This — success — has “cost” them draft capital, but it also ignores the fact that LA has less fake points in 2021 because they have Jalen Ramsey. They’ll have less fake points in 2022 and 2023 because they traded for Matthew Stafford. The draft doesn’t work in a vacuum where the only value extracted is on the three days of the event.

The following four charts will show that the Rams have had the least amount of draft capital since McVay was hired in 2017, but unless you are reading it correctly, it won’t show that the Rams have won 43 games in the last four years, a mark that only the Saints (49), Chiefs (48) and Ravens (44) have topped in that time.

So forgive the fact that LA is “last” in these categories and instead lets focus on which teams have actually turned capital picks into capital Ws.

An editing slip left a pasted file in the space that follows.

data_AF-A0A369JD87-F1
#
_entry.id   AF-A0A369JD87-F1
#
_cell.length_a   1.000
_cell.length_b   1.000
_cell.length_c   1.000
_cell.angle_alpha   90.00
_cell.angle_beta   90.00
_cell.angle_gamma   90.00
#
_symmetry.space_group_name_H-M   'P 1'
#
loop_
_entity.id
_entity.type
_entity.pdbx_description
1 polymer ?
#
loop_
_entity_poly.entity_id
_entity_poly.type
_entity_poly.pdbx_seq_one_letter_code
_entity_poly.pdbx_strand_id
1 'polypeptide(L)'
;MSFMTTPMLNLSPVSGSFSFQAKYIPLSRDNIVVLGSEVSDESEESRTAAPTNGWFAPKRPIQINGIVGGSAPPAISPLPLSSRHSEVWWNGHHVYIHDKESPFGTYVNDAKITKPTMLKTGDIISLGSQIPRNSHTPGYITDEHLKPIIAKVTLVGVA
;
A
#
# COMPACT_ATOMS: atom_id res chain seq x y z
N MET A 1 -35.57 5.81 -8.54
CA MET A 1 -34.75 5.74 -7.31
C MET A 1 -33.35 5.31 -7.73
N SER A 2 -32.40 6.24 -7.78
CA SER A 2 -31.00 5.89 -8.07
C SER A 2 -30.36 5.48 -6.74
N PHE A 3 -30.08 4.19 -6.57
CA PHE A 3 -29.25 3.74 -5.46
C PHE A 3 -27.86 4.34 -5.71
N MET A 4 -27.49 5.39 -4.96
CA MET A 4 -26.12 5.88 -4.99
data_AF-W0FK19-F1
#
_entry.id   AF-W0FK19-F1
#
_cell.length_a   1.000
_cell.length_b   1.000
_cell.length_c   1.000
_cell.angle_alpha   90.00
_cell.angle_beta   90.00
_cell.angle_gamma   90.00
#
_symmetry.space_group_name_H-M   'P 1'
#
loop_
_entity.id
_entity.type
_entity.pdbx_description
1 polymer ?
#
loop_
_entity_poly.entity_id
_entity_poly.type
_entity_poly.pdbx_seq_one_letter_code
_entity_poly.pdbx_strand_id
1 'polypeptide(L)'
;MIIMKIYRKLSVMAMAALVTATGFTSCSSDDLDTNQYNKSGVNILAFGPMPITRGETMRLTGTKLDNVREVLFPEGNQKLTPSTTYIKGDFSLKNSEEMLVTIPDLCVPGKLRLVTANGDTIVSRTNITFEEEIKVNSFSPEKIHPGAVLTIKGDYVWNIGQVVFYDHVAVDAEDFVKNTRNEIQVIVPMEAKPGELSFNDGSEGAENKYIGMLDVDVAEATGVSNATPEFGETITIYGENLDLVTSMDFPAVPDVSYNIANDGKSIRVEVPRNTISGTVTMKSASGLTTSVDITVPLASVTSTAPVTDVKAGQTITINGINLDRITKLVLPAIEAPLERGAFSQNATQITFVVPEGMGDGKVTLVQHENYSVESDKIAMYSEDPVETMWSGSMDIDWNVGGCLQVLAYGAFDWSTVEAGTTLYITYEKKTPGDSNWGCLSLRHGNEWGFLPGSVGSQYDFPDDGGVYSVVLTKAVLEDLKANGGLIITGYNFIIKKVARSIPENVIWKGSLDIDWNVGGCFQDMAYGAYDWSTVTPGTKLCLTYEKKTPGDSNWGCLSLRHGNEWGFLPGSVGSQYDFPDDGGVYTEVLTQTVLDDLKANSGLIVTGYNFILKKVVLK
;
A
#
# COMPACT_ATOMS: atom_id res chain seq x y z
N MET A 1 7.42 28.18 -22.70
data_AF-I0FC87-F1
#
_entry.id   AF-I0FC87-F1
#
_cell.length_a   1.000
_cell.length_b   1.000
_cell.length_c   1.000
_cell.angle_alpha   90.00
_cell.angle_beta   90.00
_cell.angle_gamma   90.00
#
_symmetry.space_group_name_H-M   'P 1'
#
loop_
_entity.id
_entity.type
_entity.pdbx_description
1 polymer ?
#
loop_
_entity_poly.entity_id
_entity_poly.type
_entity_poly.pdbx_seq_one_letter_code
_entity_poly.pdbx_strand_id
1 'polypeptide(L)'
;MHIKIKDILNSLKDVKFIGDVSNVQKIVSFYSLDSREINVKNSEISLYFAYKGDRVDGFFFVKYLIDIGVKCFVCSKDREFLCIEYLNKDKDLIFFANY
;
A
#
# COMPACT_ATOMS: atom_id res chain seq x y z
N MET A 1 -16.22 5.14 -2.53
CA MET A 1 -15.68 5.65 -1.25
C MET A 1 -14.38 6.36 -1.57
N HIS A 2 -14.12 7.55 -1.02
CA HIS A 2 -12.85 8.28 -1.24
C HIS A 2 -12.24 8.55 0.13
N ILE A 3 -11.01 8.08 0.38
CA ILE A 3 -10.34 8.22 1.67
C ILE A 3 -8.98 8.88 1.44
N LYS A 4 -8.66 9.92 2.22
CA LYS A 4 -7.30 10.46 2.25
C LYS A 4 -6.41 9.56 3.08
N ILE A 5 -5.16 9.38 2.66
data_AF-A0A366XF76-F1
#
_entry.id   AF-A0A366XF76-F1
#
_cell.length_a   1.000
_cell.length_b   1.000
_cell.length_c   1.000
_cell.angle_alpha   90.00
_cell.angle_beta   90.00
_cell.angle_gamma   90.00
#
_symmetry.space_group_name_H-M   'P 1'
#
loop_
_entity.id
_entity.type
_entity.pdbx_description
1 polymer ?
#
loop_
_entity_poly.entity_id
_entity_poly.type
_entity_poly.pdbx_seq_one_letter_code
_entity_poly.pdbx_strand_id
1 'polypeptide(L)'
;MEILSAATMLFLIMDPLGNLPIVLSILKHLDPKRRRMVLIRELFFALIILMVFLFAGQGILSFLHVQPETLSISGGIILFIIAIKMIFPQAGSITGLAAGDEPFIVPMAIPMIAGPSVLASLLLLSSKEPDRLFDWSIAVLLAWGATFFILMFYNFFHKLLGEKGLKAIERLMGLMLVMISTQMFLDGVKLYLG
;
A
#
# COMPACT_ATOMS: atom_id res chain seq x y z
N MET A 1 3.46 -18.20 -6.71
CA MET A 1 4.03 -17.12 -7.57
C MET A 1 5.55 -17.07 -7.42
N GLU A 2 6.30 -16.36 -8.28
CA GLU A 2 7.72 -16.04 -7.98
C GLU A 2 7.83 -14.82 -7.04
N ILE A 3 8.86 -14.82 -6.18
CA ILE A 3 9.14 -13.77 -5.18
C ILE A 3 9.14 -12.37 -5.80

2017 — NFL draft capital rankings from Bill Barnwell:

In McVay’s first season, the Rams lacked a first round pick (fifth overall) because of the Jared Goff trade in 2016, and that chunk of points removed placed the team at 32nd in draft capital. Whether or not this is an actual loss for Los Angeles depends on if they would have picked a receiver (Corey Davis, Mike Williams, John Ross) or someone else (Jamal Adams, Patrick Mahomes, Deshaun Watson, Marshon Lattimore) and that’s not something we will ever know.

Les Snead went to work on day two, trading down from 37 to 44 and getting a pick swap with the Bills that jumped them from 149 to 91 later in the day; Snead used that pick for John Johnson, who will now return a 2022 compensatory pick to the Rams after signing with the Browns this offseason. He then traded down in the fourth to add an extra sixth, which he used to move up in the fourth for Samson Ebukam.